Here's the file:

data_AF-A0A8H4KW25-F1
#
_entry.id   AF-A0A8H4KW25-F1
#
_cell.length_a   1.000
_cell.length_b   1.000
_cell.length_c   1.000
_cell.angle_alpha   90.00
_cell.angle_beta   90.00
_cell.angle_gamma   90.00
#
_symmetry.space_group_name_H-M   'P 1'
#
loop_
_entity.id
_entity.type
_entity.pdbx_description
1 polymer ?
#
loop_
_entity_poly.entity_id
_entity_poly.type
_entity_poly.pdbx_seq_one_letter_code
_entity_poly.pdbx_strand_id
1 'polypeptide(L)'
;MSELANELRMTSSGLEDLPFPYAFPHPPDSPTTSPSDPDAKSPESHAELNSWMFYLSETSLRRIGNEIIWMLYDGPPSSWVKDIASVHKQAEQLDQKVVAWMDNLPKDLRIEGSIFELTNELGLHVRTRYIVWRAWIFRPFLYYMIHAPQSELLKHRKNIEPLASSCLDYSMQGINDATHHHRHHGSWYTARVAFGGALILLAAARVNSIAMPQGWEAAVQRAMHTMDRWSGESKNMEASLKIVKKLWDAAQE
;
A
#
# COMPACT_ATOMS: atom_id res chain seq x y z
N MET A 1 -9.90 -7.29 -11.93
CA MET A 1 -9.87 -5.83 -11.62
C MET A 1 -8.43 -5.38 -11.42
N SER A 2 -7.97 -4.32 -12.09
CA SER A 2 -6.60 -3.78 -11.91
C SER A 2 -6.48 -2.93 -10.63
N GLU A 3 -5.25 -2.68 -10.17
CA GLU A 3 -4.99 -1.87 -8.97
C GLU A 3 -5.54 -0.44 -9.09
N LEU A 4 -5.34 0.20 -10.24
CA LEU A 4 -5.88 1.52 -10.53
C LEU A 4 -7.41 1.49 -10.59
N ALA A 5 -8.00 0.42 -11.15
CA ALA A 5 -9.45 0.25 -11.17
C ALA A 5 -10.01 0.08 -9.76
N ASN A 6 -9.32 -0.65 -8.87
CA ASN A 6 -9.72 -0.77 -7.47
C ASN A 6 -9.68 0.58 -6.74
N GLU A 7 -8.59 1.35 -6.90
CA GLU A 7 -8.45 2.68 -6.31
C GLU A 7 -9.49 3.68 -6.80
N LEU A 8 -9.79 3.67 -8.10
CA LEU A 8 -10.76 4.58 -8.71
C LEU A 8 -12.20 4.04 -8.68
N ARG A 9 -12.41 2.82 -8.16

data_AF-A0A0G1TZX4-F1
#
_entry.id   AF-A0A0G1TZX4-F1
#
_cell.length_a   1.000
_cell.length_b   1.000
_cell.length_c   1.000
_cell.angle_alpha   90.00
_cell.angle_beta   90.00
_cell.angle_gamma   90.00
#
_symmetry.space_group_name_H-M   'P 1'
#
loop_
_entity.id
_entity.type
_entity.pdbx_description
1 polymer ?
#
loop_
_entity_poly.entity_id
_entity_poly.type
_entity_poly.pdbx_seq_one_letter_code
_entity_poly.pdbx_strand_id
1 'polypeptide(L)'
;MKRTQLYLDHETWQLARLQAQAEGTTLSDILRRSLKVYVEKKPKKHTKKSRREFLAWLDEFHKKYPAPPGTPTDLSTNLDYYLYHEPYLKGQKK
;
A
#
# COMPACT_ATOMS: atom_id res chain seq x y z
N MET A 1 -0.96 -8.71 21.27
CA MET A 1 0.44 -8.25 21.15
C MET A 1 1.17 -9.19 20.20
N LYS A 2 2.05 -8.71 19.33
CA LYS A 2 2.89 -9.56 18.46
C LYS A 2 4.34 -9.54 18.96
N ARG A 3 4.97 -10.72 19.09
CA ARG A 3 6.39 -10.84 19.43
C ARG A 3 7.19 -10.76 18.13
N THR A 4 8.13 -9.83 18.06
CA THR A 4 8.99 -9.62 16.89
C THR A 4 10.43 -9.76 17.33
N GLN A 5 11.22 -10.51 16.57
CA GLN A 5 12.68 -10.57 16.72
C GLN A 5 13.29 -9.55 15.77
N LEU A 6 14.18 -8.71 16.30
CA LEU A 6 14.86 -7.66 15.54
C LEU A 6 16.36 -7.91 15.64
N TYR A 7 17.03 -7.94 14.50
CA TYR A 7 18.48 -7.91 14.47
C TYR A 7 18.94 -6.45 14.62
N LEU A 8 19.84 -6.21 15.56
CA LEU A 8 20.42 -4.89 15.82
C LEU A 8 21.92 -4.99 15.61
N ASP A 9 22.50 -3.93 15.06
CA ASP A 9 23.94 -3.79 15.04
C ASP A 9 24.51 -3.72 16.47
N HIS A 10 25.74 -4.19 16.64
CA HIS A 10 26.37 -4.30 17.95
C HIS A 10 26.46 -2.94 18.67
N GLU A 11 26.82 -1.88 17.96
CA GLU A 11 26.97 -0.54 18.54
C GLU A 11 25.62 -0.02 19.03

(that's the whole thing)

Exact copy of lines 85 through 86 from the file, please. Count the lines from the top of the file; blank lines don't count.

# COMPACT_ATOMS: atom_id res chain seq x y z
N MET A 1 -0.96 -8.71 21.27